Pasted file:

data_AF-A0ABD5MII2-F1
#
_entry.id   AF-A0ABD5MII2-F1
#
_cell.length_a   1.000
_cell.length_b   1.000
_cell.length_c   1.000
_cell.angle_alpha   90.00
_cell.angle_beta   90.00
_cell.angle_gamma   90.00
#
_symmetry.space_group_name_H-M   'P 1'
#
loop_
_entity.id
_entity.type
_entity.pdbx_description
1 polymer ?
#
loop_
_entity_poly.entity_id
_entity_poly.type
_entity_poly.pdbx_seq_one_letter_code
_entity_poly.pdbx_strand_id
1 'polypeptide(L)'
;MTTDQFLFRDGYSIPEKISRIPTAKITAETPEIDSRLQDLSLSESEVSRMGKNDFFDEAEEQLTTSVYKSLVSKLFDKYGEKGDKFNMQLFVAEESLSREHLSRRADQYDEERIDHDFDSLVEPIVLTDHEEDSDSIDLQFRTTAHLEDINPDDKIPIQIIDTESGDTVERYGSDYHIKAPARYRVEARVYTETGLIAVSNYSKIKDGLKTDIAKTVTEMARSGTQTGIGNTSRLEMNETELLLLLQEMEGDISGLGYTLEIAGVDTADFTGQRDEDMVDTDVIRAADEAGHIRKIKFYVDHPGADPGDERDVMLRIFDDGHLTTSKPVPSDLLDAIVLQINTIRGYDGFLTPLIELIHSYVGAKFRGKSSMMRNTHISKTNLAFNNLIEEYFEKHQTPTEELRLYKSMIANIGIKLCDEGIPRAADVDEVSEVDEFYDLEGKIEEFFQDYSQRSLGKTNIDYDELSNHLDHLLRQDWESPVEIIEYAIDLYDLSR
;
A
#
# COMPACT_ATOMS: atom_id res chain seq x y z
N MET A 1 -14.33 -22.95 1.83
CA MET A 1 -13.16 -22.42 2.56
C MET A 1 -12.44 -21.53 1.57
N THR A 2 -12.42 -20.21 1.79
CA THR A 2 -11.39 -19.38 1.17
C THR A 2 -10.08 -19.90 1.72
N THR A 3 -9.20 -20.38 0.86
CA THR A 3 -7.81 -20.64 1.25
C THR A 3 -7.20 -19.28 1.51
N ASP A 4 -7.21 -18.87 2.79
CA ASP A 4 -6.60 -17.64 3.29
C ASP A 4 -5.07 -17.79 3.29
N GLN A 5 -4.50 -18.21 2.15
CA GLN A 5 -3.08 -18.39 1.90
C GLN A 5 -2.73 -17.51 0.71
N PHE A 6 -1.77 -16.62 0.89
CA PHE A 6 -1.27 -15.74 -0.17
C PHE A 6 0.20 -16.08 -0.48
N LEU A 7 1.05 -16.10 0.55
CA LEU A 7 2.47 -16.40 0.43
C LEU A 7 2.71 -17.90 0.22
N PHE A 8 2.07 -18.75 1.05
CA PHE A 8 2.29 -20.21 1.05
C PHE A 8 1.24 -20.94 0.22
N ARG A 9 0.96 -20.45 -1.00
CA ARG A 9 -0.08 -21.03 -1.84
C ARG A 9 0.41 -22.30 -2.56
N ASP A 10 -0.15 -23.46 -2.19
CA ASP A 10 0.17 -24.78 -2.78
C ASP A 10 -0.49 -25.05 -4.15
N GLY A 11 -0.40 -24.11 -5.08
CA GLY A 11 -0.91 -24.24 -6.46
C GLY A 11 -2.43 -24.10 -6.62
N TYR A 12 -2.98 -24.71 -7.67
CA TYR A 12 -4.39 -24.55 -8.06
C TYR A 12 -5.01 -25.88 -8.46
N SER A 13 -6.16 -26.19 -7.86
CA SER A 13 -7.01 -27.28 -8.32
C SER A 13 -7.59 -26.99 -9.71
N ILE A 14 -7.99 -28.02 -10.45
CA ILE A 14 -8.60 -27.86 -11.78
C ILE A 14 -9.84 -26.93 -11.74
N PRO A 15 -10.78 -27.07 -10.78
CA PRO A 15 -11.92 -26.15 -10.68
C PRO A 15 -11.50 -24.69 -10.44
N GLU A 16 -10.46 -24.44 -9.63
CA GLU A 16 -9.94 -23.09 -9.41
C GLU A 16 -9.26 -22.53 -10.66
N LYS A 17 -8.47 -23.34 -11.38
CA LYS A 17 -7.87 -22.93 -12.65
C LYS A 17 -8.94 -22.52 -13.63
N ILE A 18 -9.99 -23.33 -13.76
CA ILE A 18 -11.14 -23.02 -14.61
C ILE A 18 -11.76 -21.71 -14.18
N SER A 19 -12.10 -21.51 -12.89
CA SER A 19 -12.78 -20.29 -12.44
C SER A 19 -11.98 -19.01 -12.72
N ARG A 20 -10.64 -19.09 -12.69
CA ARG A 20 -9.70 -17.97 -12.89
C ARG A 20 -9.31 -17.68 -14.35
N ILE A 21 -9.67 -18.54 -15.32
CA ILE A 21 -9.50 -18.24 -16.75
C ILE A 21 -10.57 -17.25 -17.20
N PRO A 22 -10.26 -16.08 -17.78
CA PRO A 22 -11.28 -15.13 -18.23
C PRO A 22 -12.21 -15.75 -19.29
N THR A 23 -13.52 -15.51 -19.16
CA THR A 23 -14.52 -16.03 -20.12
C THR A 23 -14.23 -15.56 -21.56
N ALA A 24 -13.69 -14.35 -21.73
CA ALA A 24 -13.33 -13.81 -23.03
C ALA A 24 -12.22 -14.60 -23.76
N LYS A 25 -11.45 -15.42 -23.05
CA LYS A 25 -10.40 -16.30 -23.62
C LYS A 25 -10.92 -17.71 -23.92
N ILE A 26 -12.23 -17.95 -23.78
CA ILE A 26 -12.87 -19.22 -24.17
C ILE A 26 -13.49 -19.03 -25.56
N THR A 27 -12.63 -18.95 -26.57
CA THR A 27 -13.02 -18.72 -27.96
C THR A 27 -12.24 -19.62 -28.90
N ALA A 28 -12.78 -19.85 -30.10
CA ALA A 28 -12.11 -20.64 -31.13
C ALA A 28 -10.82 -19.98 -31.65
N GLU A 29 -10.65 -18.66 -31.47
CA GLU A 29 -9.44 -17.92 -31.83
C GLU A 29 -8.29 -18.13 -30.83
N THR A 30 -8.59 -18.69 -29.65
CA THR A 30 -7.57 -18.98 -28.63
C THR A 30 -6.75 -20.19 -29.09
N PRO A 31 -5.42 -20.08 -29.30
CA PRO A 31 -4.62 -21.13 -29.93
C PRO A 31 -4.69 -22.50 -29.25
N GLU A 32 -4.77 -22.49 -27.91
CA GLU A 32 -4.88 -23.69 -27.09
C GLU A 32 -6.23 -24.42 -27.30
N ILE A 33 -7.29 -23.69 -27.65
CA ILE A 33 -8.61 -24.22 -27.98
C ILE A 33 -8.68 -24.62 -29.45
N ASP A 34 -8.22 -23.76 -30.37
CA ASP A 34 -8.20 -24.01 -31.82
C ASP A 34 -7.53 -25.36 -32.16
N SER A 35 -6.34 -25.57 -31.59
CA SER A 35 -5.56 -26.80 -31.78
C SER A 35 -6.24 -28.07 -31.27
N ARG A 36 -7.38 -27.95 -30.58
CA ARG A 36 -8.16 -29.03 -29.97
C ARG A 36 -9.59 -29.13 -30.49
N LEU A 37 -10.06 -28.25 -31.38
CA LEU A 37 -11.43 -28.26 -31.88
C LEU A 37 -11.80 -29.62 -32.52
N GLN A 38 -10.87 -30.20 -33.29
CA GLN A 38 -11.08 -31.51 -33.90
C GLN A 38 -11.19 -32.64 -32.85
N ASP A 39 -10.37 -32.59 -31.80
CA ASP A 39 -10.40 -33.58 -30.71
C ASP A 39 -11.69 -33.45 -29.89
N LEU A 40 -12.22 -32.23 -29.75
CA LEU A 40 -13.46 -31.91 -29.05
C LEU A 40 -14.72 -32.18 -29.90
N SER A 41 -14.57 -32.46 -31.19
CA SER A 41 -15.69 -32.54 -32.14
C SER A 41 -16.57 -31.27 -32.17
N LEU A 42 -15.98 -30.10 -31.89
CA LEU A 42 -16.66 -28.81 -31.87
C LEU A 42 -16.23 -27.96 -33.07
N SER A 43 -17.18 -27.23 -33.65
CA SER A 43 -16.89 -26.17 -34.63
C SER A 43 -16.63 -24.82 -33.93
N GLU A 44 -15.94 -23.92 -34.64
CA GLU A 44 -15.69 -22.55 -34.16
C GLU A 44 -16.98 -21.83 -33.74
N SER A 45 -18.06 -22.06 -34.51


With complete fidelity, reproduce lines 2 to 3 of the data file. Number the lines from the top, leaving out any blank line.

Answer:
#
_entry.id   AF-A0ABD5MII2-F1